Joe Dante’s Small Soldiers. Fuck yeah. What a blast. I often refer to Dante as ‘The Toymaker’, as each and every one of his films (save for one political satire that only I saw anyways) has fantastical animatronic effects, plenty of creatures and no shortage of whimsy. The guy lives to make genre bliss, and you can always count on monsters, whacked out sci-fi or Tim Burton esque horror elements in his work. Here, it’s a bunch of action figures implanted with AI chips that make them fast, sentient, highly trained and very dangerous. The main story arc is something we’ve seen a zillion times: nerdy kid (Gregory Smith) looks for a way to win over girl of his dreams (Kirsten Dunst) and climb out of the beta pit. His cranky father (Kevin “lemme see that chainsaw for a second” Dunn, priceless here) owns a toy store, when he’s not terrorizing his insufferable neighbour (the late Phil Hartman) with power tools. Simultaneously, two super geeks (Jay Mohr and David Cross) over at a giant toy conglomerate ‘accidentally’ put military grade computer chips into two separate toy prototype lines which are, naturally, sent on over to small town suburbia, specifically Dunn’s store. This is all while the company’s arrogant CEO (Denis Leary) is too busy strutting around in a huff to watch his guys more closely. It’s a familiar series of events, until the toys come to life and start wreaking havoc, which is where the innovation really kicks in. The main threat is a deranged, pint sized band of commandos led by Chip Hazard (I can picture Tommy Lee Jones in the recording studio barking out lines in his pyjamas), who literally just want to blow shit up and cause widespread chaos. The voice talent they’ve amassed here is staggering, with the talents of old school tough guys Jim Brown, Bruce Dern, Clint Walker, Ernest Borgnine and George Kennedy as Hazard’s gonzo unit. A much more sane band of mythical creatures also shows up, led by dog/elf thing Archer (Frank Langhella) as well as an eyeball on a stick (Jim Cummings) and a dopey Frankenstein hybrid (Michael McKean). They’re more peaceful, but immediately become the main target of Chip and Co., which causes enough of a skirmish to level city blocks. The real mad genius shows up when a group of pseudo Barbie dolls (the ‘Cindy Doll’) are reanimated by Chip’s team and start causing homicidal shenanigans, bald giggling lunatic chicks given the unsettling valley girl vocal talents of Christina Ricci and Sarah Michelle Gellar, both providing auditory nightmare fuel with their work. Roger Ebert thought this was too mean and violent to be a family film, and fair enough, but I really view it as a noisy, nihilistic black comedy that just happens to hide in the structure of a kids film. It’s no walk in the park, Chip’s boys see to it that it gets as shocking and messed up as one can without pushing that PG-13 rating, and that’s where the fun comes from. The special effects are really where it shines though, as they should in any film about a multitude of toys that come alive. The only thing missing is a cameo from The Indian In The Cupboard to lodge a Tomahawk in Tommy’s head and even the odds for Archer’s team. Perhaps in the sequel.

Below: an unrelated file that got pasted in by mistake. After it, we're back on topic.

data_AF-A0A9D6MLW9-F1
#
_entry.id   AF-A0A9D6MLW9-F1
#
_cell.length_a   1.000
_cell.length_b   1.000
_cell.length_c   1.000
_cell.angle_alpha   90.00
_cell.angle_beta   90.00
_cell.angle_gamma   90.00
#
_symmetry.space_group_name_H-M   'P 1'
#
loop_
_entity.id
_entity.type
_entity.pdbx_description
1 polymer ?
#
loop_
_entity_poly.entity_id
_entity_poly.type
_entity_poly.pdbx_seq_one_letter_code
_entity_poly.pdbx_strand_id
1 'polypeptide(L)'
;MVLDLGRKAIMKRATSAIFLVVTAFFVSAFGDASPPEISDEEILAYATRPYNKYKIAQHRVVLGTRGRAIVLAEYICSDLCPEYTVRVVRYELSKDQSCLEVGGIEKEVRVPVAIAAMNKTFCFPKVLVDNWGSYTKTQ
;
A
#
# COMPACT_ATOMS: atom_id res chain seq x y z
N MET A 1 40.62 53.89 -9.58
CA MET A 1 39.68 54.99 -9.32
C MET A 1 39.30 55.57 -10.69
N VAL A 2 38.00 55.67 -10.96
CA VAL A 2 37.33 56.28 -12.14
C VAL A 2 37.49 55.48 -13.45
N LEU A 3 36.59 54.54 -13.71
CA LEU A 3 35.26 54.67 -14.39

-Nate Hill

Cherry Falls: A Review by Nate Hill 

The slasher genre never got a tune up quite like it did with Cherry Falls, a tongue in cheek satire that while hilariously high concept and silly, can actually be pretty frightening, especially during it’s intense climax. Here’s the premise: Cherry Falls is a small town in Virginia that has fallen prey to a masked serial killer. The twist? Said killer is only targeting virgins, which causes quite the uproar. As the high school kids all scramble to get laid before they get laid six feet under, the prudish townsfolk become unhinged and disgusted by the whole affair, and a decades old secret involving some of the town’s best and brightest comes to light, a scandal to rival tr sleazy parade of flesh this murderer has set into motion. Young Jody Markum (Brittany Murphy) has yet to have her cherry popped, and fears for life in between bouts of teenage angst. Her father (Michael Biehn), who also happens to be the town sheriff, wrestles with demons in his past, as well as his own. A schoolteacher (Jay Mohr) scours the town archives for clues before it’s too late. And every horny adolescent tries to desperately get their freak on, providing some of the funniest moments you’ll see in a fright flick. Gymnasium orgies, rampant fornication and all kinds of naughty antics ensue. Nothing beats the faculty meeting where parents violently argue as to who has the sluttiest offspring. Full of in jokes, innuendo and sly sexy humour, this is one of the great overlooked horror comedies out there.